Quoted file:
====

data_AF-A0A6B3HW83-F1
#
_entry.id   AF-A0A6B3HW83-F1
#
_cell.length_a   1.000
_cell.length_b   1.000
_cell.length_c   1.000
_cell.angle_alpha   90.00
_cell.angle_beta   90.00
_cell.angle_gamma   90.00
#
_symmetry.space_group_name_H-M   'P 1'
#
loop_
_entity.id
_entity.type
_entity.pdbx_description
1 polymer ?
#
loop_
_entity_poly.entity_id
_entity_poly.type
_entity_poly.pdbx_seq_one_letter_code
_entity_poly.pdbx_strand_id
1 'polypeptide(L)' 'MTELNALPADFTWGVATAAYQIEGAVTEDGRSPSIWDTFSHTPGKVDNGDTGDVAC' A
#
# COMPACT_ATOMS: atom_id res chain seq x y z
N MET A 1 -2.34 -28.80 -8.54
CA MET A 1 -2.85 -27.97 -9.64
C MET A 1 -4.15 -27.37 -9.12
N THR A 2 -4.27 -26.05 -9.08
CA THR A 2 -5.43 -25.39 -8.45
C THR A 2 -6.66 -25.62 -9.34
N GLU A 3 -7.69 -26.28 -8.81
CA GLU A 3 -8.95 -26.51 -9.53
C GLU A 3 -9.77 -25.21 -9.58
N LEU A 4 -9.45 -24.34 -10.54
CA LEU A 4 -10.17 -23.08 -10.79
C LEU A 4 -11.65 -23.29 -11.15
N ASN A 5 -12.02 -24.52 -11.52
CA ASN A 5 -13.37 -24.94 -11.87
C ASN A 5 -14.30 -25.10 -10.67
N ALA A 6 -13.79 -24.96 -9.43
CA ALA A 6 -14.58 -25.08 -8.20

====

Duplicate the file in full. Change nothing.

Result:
data_AF-A0A6B3HW83-F1
#
_entry.id   AF-A0A6B3HW83-F1
#
_cell.length_a   1.000
_cell.length_b   1.000
_cell.length_c   1.000
_cell.angle_alpha   90.00
_cell.angle_beta   90.00
_cell.angle_gamma   90.00
#
_symmetry.space_group_name_H-M   'P 1'
#
loop_
_entity.id
_entity.type
_entity.pdbx_description
1 polymer ?
#
loop_
_entity_poly.entity_id
_entity_poly.type
_entity_poly.pdbx_seq_one_letter_code
_entity_poly.pdbx_strand_id
1 'polypeptide(L)' 'MTELNALPADFTWGVATAAYQIEGAVTEDGRSPSIWDTFSHTPGKVDNGDTGDVAC' A
#
# COMPACT_ATOMS: atom_id res chain seq x y z
N MET A 1 -2.34 -28.80 -8.54
CA MET A 1 -2.85 -27.97 -9.64
C MET A 1 -4.15 -27.37 -9.12
N THR A 2 -4.27 -26.05 -9.08
CA THR A 2 -5.43 -25.39 -8.45
C THR A 2 -6.66 -25.62 -9.34
N GLU A 3 -7.69 -26.28 -8.81
CA GLU A 3 -8.95 -26.51 -9.53
C GLU A 3 -9.77 -25.21 -9.58
N LEU A 4 -9.45 -24.34 -10.54
CA LEU A 4 -10.17 -23.08 -10.79
C LEU A 4 -11.65 -23.29 -11.15
N ASN A 5 -12.02 -24.52 -11.52
CA ASN A 5 -13.37 -24.94 -11.87
C ASN A 5 -14.30 -25.10 -10.67
N ALA A 6 -13.79 -24.96 -9.43
CA ALA A 6 -14.58 -25.08 -8.20